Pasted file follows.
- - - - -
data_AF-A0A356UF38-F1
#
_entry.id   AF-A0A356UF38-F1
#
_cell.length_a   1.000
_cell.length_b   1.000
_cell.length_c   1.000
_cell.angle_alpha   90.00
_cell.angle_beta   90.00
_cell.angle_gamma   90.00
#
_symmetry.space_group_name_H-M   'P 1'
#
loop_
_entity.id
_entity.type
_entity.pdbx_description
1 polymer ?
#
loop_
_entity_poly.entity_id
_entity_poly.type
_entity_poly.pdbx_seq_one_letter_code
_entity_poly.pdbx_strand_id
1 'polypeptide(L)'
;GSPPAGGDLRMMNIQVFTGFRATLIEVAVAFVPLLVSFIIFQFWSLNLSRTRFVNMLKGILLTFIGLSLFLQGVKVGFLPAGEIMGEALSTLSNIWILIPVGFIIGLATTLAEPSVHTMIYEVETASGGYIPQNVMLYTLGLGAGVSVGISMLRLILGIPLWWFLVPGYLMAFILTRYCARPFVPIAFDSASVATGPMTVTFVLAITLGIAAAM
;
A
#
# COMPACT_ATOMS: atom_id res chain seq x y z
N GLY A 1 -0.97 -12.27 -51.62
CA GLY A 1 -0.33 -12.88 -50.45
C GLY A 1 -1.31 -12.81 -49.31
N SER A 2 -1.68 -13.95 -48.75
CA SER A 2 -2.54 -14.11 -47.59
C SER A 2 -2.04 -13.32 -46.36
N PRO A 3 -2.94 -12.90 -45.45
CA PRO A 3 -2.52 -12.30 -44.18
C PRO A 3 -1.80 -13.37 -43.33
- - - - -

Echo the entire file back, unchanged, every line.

data_AF-A0A356UF38-F1
#
_entry.id   AF-A0A356UF38-F1
#
_cell.length_a   1.000
_cell.length_b   1.000
_cell.length_c   1.000
_cell.angle_alpha   90.00
_cell.angle_beta   90.00
_cell.angle_gamma   90.00
#
_symmetry.space_group_name_H-M   'P 1'
#
loop_
_entity.id
_entity.type
_entity.pdbx_description
1 polymer ?
#
loop_
_entity_poly.entity_id
_entity_poly.type
_entity_poly.pdbx_seq_one_letter_code
_entity_poly.pdbx_strand_id
1 'polypeptide(L)'
;GSPPAGGDLRMMNIQVFTGFRATLIEVAVAFVPLLVSFIIFQFWSLNLSRTRFVNMLKGILLTFIGLSLFLQGVKVGFLPAGEIMGEALSTLSNIWILIPVGFIIGLATTLAEPSVHTMIYEVETASGGYIPQNVMLYTLGLGAGVSVGISMLRLILGIPLWWFLVPGYLMAFILTRYCARPFVPIAFDSASVATGPMTVTFVLAITLGIAAAM
;
A
#
# COMPACT_ATOMS: atom_id res chain seq x y z
N GLY A 1 -0.97 -12.27 -51.62
CA GLY A 1 -0.33 -12.88 -50.45
C GLY A 1 -1.31 -12.81 -49.31
N SER A 2 -1.68 -13.95 -48.75
CA SER A 2 -2.54 -14.11 -47.59
C SER A 2 -2.04 -13.32 -46.36
N PRO A 3 -2.94 -12.90 -45.45
CA PRO A 3 -2.52 -12.30 -44.18
C PRO A 3 -1.80 -13.37 -43.33